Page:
Sarah had spent a small fortune on fabric a week earlier so she could make quilts for both the girls for Christmas. She’d been so busy with the bakery that she hadn’t quilted in years. But she was sure it would all come back to her, like riding a bicycle. She hadn’t ridden a bicycle in years, either. She’d rather quilt.

They settled at one of the white bistro tables on the other side of the shop, Emma and Sarah armed with their mochas and truffles and Jamie only with a cup of chocolate tea.
“No wonder you’re so skinny,” Emma said, pointing to it. “I don’t know how you keep from eating all your inventory.”

“I have Clarice for that. Anyway, I sampled so many truffles when I was first learning how to make these things that I don’t care if I ever taste another one again as long as I live. Well, unless it’s a new recipe,” she amended.

“I sampled a lot of my recipes when I started the bakery, too,” said Sarah. “All it did was turn me into an S.T.”

“Yeah, that was what did it all right,” mocked Jamie.

“What’s an S.T.?” asked Emma.

“Sweet Tooth,” Jamie answered for Sarah. “And you were an S.T. before you even opened the bakery. I was around, remember?”

Sarah shook her head. “This is the problem with having an older sister who makes you an aunt before your time. You end up with lippy nieces who know too much.”

“You imported me,” Jamie reminded her with a smile.

“And I’m glad I did. Someone in your family needed to come back home. You make a great addition to Heart Lake.” She took a sip of her mocha, then sighed.

“They’ll be back by Christmas,” Jamie reminded her, accurately interpreting the sigh.

“Seeing them go had to be pretty hard,” said Emma. “I know how much you love your granddaughters.”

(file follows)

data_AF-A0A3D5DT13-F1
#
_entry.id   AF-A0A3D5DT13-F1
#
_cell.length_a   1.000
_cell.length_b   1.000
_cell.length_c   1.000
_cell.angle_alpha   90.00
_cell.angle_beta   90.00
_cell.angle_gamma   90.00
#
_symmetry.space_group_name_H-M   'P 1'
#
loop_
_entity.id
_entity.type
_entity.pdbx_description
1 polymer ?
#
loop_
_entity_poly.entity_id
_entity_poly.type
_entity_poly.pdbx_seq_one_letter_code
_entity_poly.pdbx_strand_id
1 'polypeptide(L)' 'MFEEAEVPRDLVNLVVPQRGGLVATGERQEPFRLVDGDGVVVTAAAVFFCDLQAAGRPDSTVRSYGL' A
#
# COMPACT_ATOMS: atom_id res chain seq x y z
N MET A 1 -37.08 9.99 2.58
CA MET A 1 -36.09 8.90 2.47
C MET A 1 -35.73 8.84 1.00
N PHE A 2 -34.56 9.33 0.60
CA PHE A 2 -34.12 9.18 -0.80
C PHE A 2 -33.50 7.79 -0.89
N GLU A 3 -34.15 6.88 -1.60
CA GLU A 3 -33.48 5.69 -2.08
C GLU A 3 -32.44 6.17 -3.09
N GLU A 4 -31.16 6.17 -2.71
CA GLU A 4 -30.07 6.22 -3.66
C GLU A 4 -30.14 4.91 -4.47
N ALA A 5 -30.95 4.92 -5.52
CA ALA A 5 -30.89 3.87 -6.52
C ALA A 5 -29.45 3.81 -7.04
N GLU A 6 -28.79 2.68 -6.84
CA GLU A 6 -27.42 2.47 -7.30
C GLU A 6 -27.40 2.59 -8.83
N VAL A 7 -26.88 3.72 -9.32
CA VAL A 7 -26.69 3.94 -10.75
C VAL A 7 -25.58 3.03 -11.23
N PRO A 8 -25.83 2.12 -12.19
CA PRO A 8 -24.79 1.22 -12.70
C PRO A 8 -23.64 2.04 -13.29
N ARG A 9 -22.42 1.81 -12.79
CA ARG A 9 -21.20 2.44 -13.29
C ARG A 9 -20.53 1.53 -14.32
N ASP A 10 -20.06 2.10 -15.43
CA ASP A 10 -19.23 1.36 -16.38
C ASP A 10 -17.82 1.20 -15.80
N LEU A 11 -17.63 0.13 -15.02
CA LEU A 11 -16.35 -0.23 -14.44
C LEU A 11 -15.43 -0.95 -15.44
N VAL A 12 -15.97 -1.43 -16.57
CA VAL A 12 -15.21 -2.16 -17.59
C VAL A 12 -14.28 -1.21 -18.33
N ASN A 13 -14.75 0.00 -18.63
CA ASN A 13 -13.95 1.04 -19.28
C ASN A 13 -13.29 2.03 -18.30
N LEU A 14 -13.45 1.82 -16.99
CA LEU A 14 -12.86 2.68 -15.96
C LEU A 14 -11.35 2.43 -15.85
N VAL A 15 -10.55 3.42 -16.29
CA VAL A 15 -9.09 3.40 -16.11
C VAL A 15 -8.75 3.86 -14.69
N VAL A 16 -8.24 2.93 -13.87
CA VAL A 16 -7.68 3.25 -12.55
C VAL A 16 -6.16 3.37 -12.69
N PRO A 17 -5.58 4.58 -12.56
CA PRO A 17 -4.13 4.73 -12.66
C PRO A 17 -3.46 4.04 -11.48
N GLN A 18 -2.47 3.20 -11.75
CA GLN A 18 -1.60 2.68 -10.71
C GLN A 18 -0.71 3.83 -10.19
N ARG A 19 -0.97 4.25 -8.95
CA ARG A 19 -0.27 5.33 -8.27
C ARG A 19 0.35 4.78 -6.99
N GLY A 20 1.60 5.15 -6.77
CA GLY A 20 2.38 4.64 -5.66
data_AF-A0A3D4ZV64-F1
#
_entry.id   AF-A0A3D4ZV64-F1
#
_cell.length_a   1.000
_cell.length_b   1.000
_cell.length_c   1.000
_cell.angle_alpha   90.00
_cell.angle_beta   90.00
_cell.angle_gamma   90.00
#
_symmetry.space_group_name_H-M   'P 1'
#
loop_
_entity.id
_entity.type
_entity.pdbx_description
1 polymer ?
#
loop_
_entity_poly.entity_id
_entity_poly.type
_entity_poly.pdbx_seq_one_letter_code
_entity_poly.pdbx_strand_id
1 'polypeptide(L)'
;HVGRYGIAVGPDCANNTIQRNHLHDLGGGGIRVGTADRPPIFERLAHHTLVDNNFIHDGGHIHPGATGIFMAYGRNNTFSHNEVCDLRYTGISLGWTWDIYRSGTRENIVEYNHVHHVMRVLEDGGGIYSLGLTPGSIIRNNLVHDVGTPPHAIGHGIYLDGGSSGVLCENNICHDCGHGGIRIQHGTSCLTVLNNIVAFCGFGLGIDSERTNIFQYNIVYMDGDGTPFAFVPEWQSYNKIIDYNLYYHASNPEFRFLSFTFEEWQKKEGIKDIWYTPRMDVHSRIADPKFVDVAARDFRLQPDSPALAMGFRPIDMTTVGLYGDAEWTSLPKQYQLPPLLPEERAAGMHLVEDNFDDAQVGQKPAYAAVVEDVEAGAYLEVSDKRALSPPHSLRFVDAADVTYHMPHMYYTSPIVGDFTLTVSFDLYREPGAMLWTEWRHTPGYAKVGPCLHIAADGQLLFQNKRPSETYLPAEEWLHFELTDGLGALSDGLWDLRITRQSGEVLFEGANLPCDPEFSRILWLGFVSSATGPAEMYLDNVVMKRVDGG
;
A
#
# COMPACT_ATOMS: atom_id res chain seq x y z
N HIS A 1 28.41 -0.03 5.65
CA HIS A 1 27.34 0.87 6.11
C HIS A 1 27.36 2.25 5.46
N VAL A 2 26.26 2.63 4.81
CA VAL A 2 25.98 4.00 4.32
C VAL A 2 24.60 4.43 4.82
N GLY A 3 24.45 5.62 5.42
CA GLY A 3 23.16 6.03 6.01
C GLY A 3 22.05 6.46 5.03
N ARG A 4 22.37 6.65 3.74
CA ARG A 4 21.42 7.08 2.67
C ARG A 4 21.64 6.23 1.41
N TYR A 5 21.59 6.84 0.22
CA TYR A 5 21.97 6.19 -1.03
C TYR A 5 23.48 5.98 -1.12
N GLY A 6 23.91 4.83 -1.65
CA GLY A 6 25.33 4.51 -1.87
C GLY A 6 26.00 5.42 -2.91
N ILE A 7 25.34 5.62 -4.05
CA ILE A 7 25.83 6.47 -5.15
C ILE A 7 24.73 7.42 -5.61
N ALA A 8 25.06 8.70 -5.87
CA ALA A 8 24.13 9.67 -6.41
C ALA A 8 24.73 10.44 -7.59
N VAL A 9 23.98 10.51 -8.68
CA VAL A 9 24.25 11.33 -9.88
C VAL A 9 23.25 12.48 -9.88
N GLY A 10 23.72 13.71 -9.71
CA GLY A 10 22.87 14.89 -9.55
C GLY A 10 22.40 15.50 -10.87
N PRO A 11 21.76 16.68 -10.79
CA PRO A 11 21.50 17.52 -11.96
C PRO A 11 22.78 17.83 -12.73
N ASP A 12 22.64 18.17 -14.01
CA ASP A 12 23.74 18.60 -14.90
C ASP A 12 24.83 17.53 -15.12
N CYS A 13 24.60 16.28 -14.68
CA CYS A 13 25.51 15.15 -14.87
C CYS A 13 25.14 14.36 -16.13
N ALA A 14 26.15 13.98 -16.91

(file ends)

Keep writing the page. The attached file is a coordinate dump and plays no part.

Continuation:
“My mom wore sunglasses when I went to say good-bye,” said Jamie.

“Doesn’t everybody in L.A. wear sunglasses?” asked Emma.

“In the house?”

“Um, that’s weird.”

“She didn’t want me to see she’d been crying.”

“I was brave and didn’t cry,” bragged Sarah. “Not until they left, anyway.”

“Well, we sure could use a few more Stephs here,” said Jamie. “You’re not going to believe this, but two little twits ran the four-way-stop on Lake Way and Alder yesterday.”

Emma looked at her questioningly. “Somebody ran a stop sign and you’re surprised?”

“Somebody ran a stop sign in Heart Lake and I’m surprised,” Jamie corrected her. “There were two old ladies at the crosswalk. If I hadn’t let them go they’d still be standing there.”

“You know, people used to just about kill each other with kindness at that four-way stop,” Sarah reminisced.

“Well, they’ve kept the kill each other part,” said Jamie.

Emma sighed. “I wish Heart Lake could stay just like it was when I was in school.”

“Nice places like this can’t help but grow,” Sarah said. “Everyone wants to be the last person in Paradise. Of course, as more people move into Paradise it gets harder to stay connected. Then people stop caring and it’s not paradise any more.” She frowned and took a sip of her mocha. “I guess people are too busy to be nice.”

“It only takes a minute to let two old ladies cross the street,” Jamie said in disgust.

“Well, there’s your random act of kindness for the day,” Sarah told her. “You know,” she added thoughtfully, “if everybody just did one nice thing a day . . .”

“We’d be living in Mayberry,” Jamie finished.

“I used to love those old reruns when I was a kid,” said Emma.

Jamie rolled her eyes. “Why am I not surprised?”

Sarah was still thinking. “Why couldn’t we do one good deed a day?” she asked suddenly. “It might be fun to try. You know, paying it forward.”

“Like in the movie,” Emma said with a smile.

“That worked real well at the stop-sign,” said Jamie. She downed the last of her chocolate mint tea. “Well, here’s my something. Your chocolate therapy is on the house,” she said to Sarah and Emma. It always was, but she cocked an eyebrow and grinned at Emma. “So, top that.”

“Maybe I will,” Emma said. “If I see a hot-looking homeless guy, I’ll take him in for the night.”
Okay, they weren’t taking her seriously. Sarah could see that. But somewhere in there was a good idea, and she was going to find it.

Book excerpt from Shiela Roberts' new women's fiction novel, Angel Lane (St. Martin's Press, Oct. '09). You can visit the author's website at or purchase her book at Amazon by clicking here!